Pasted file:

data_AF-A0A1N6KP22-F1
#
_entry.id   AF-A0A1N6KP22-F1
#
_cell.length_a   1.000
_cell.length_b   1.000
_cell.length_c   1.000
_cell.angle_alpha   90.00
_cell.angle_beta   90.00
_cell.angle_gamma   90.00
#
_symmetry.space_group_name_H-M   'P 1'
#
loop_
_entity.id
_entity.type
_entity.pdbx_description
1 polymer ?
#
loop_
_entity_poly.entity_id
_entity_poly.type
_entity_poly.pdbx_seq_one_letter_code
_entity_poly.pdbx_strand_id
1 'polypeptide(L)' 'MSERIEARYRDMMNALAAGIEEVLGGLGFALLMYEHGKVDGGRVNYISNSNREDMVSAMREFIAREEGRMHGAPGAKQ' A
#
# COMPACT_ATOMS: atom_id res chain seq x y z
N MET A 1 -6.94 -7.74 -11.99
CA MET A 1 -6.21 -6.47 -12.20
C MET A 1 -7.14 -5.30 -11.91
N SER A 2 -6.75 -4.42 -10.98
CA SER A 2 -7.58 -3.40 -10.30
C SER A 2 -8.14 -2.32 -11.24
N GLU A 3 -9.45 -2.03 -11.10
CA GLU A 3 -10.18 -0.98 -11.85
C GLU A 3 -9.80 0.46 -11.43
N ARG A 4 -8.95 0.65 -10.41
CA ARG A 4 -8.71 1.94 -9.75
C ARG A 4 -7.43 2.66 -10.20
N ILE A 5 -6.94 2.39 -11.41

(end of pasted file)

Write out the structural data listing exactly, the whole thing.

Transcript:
data_AF-A0A1N6KP22-F1
#
_entry.id   AF-A0A1N6KP22-F1
#
_cell.length_a   1.000
_cell.length_b   1.000
_cell.length_c   1.000
_cell.angle_alpha   90.00
_cell.angle_beta   90.00
_cell.angle_gamma   90.00
#
_symmetry.space_group_name_H-M   'P 1'
#
loop_
_entity.id
_entity.type
_entity.pdbx_description
1 polymer ?
#
loop_
_entity_poly.entity_id
_entity_poly.type
_entity_poly.pdbx_seq_one_letter_code
_entity_poly.pdbx_strand_id
1 'polypeptide(L)' 'MSERIEARYRDMMNALAAGIEEVLGGLGFALLMYEHGKVDGGRVNYISNSNREDMVSAMREFIAREEGRMHGAPGAKQ' A
#
# COMPACT_ATOMS: atom_id res chain seq x y z
N MET A 1 -6.94 -7.74 -11.99
CA MET A 1 -6.21 -6.47 -12.20
C MET A 1 -7.14 -5.30 -11.91
N SER A 2 -6.75 -4.42 -10.98
CA SER A 2 -7.58 -3.40 -10.30
C SER A 2 -8.14 -2.32 -11.24
N GLU A 3 -9.45 -2.03 -11.10
CA GLU A 3 -10.18 -0.98 -11.85
C GLU A 3 -9.80 0.46 -11.43
N ARG A 4 -8.95 0.65 -10.41
CA ARG A 4 -8.71 1.94 -9.75
C ARG A 4 -7.43 2.66 -10.20
N ILE A 5 -6.94 2.39 -11.41